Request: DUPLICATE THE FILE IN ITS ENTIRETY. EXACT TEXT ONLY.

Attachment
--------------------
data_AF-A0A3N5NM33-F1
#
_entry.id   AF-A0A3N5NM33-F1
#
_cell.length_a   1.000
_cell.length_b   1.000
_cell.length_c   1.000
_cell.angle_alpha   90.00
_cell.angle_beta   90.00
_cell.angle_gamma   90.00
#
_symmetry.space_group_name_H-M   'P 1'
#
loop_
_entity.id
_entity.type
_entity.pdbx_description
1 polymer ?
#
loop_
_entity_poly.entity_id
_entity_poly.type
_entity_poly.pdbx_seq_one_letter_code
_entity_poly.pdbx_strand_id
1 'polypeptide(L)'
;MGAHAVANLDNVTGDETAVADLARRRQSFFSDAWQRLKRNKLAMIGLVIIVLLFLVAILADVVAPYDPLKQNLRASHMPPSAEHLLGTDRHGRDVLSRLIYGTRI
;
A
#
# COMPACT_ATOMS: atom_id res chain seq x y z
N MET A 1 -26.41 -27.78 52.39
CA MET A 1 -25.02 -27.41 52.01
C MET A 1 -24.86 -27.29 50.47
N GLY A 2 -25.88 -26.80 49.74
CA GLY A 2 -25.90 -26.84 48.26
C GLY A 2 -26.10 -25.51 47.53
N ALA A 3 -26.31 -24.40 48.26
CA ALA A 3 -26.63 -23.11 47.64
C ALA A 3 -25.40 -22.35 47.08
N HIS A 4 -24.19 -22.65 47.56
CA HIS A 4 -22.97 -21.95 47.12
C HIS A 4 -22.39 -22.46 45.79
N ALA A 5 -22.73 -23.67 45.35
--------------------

data_AF-A0A3N5NM33-F1
#
_entry.id   AF-A0A3N5NM33-F1
#
_cell.length_a   1.000
_cell.length_b   1.000
_cell.length_c   1.000
_cell.angle_alpha   90.00
_cell.angle_beta   90.00
_cell.angle_gamma   90.00
#
_symmetry.space_group_name_H-M   'P 1'
#
loop_
_entity.id
_entity.type
_entity.pdbx_description
1 polymer ?
#
loop_
_entity_poly.entity_id
_entity_poly.type
_entity_poly.pdbx_seq_one_letter_code
_entity_poly.pdbx_strand_id
1 'polypeptide(L)'
;MGAHAVANLDNVTGDETAVADLARRRQSFFSDAWQRLKRNKLAMIGLVIIVLLFLVAILADVVAPYDPLKQNLRASHMPPSAEHLLGTDRHGRDVLSRLIYGTRI
;
A
#
# COMPACT_ATOMS: atom_id res chain seq x y z
N MET A 1 -26.41 -27.78 52.39
CA MET A 1 -25.02 -27.41 52.01
C MET A 1 -24.86 -27.29 50.47
N GLY A 2 -25.88 -26.80 49.74
CA GLY A 2 -25.90 -26.84 48.26
C GLY A 2 -26.10 -25.51 47.53
N ALA A 3 -26.31 -24.40 48.26
CA ALA A 3 -26.63 -23.11 47.64
C ALA A 3 -25.40 -22.35 47.08
N HIS A 4 -24.19 -22.65 47.56
CA HIS A 4 -22.97 -21.95 47.12
C HIS A 4 -22.39 -22.46 45.79
N ALA A 5 -22.73 -23.67 45.35